Petrale - Salvation Precipitates (Self-released)

Spring, in all its rejuvenescent glory, stands as the most celebrated of the four seasons. Her curling streams and blooming branches have been immortalized by classical, folk, and ambient artists alike. Still, there’s some unsettling charm to how purveyors of black metal (BM) hold to the conviction that even the loveliest roses bear thorns. With only one exception these past seven years, Petrale has chosen Spring as the season to unleash his personal hell on the metal subculture. Hailing from the shores of Croatia, the one-man menace has kept to a laudable one-record-per-year resolution, turning babbling brooks to infernal swells on the way. Aligned in purpose with the foreboding schemes of Bestial Devotion (Negative Plane, Funereal Presence), Petrale joins a daring quest to reimagine the genre from before its formative expansion in Norway. Never shying away from descending, hallucinatory guitar flourishes, the artist borrows flavors from Mystiskaos’ spacious orchard and jazzes them up with unmistakable fury. His BM’s coarse sound belies an obscure, almost primordial intentionality, coming and going with schizophrenic variations in pace. Imagine the ingredients of Without Veil, Nor Self dissolved into Primeval Well’s Americana-tinged bedlam to get an idea what this demonic jukebox holds in store.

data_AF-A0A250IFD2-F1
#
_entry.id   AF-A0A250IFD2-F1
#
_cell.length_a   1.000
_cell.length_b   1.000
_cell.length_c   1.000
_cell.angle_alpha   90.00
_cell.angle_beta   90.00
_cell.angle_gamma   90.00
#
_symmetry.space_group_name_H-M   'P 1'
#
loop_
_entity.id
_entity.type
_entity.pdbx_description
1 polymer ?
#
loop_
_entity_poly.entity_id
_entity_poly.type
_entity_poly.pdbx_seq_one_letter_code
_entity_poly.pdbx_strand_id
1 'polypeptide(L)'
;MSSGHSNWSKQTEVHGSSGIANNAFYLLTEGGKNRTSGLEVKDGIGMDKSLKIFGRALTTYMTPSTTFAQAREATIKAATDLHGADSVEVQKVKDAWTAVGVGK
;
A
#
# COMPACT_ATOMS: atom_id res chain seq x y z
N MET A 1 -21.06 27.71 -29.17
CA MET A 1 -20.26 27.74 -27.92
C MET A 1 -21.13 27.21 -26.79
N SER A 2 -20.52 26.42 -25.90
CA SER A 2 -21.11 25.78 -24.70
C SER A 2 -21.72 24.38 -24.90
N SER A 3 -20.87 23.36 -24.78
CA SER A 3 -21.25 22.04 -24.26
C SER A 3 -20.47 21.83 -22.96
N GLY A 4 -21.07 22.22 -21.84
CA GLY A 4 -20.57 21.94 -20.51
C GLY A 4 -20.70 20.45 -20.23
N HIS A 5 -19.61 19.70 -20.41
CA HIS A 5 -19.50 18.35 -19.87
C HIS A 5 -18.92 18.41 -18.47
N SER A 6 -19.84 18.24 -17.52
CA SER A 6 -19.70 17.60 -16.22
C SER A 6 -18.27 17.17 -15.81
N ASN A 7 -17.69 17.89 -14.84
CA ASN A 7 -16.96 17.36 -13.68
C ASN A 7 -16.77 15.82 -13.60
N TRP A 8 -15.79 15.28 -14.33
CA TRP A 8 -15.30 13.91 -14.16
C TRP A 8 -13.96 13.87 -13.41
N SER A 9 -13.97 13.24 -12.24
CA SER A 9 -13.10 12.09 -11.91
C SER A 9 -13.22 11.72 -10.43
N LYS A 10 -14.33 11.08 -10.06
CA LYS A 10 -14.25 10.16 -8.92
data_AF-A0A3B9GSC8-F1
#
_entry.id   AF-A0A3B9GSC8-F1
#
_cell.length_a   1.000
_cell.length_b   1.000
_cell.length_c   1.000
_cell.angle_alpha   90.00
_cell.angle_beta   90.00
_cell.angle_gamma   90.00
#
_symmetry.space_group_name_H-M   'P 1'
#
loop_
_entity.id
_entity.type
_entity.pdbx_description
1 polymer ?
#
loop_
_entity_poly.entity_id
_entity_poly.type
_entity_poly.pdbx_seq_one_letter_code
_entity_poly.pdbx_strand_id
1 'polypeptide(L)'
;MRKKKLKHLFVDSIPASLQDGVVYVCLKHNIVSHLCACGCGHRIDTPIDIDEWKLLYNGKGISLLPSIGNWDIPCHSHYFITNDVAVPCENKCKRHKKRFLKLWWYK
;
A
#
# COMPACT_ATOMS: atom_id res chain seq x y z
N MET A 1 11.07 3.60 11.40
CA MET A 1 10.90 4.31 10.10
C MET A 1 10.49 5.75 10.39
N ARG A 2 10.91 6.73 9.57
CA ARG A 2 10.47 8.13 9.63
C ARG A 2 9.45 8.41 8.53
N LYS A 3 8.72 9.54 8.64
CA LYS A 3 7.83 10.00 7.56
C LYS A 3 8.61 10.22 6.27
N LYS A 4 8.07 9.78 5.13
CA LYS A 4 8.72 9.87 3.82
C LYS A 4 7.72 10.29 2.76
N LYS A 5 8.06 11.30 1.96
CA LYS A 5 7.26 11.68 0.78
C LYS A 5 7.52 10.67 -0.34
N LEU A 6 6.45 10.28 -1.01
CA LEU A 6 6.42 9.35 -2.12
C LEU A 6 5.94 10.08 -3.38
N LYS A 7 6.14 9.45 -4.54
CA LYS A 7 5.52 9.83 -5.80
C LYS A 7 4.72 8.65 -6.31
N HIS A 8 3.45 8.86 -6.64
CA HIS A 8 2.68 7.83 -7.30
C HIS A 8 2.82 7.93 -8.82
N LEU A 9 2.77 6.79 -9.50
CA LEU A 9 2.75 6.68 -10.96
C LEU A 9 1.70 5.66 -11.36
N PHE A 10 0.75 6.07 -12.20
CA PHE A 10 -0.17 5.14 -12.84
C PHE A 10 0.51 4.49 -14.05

With his seventh offering, Salvation Precipitates, Petrale delves even further into the uncharted. After the ineffable fever dream of M.M. and funk-laced brutality of Vrh, Salvation Precipitates shows the artist at his most cinematic. Edging out the eerie mid-range shrieks, astounding guitar prowess, and some of his most compelling drum fills to date, the thumping bass work takes the lead role in Petrale’s subdivine tragedy. Bouncing step by step through the record’s nebulous narrative, our fretted protagonist takes part in Latin rhythm sections one moment and chord progressions resembling Japanese folk-rock the next. “The Silent Owl” draws upon each of these influences to animate one entrancing melodrama of a rural avalon on the verge of obliteration. The journey climaxes with the closing track’s suffocating dissonance, swept away by a whirlwind of tremolos that breathes life into languished lungs. “Not everything that comes from the heavens brings salvation,” though, “Especially when the abyss is empty.” Let these be the lines that invite you to Petrale’s unholy banquet, where you’ll raise your toast to another seven years of plenty!